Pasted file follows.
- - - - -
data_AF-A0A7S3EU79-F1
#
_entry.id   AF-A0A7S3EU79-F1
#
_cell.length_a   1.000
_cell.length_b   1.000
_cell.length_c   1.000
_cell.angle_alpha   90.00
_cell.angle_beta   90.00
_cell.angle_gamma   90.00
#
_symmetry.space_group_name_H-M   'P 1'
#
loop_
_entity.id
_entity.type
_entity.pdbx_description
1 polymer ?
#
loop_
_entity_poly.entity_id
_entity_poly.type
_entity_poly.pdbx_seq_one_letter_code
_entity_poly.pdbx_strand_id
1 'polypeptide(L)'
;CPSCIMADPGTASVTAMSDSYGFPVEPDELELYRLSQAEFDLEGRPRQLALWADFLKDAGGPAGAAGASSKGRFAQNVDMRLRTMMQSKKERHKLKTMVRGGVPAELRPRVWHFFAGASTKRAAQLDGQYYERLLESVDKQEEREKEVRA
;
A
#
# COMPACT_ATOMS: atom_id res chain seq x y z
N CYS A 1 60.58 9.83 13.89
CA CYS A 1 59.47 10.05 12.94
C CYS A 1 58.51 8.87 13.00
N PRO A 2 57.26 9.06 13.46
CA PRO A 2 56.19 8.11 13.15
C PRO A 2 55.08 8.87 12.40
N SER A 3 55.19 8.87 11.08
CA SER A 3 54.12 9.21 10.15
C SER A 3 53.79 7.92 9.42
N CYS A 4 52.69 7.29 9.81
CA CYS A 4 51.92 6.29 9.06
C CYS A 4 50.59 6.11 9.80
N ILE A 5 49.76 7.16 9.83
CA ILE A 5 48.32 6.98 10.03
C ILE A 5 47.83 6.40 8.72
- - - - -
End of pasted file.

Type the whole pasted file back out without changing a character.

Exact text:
data_AF-A0A7S3EU79-F1
#
_entry.id   AF-A0A7S3EU79-F1
#
_cell.length_a   1.000
_cell.length_b   1.000
_cell.length_c   1.000
_cell.angle_alpha   90.00
_cell.angle_beta   90.00
_cell.angle_gamma   90.00
#
_symmetry.space_group_name_H-M   'P 1'
#
loop_
_entity.id
_entity.type
_entity.pdbx_description
1 polymer ?
#
loop_
_entity_poly.entity_id
_entity_poly.type
_entity_poly.pdbx_seq_one_letter_code
_entity_poly.pdbx_strand_id
1 'polypeptide(L)'
;CPSCIMADPGTASVTAMSDSYGFPVEPDELELYRLSQAEFDLEGRPRQLALWADFLKDAGGPAGAAGASSKGRFAQNVDMRLRTMMQSKKERHKLKTMVRGGVPAELRPRVWHFFAGASTKRAAQLDGQYYERLLESVDKQEEREKEVRA
;
A
#
# COMPACT_ATOMS: atom_id res chain seq x y z
N CYS A 1 60.58 9.83 13.89
CA CYS A 1 59.47 10.05 12.94
C CYS A 1 58.51 8.87 13.00
N PRO A 2 57.26 9.06 13.46
CA PRO A 2 56.19 8.11 13.15
C PRO A 2 55.08 8.87 12.40
N SER A 3 55.19 8.87 11.08
CA SER A 3 54.12 9.21 10.15
C SER A 3 53.79 7.92 9.42
N CYS A 4 52.69 7.29 9.81
CA CYS A 4 51.92 6.29 9.06
C CYS A 4 50.59 6.11 9.80
N ILE A 5 49.76 7.16 9.83
CA ILE A 5 48.32 6.98 10.03
C ILE A 5 47.83 6.40 8.72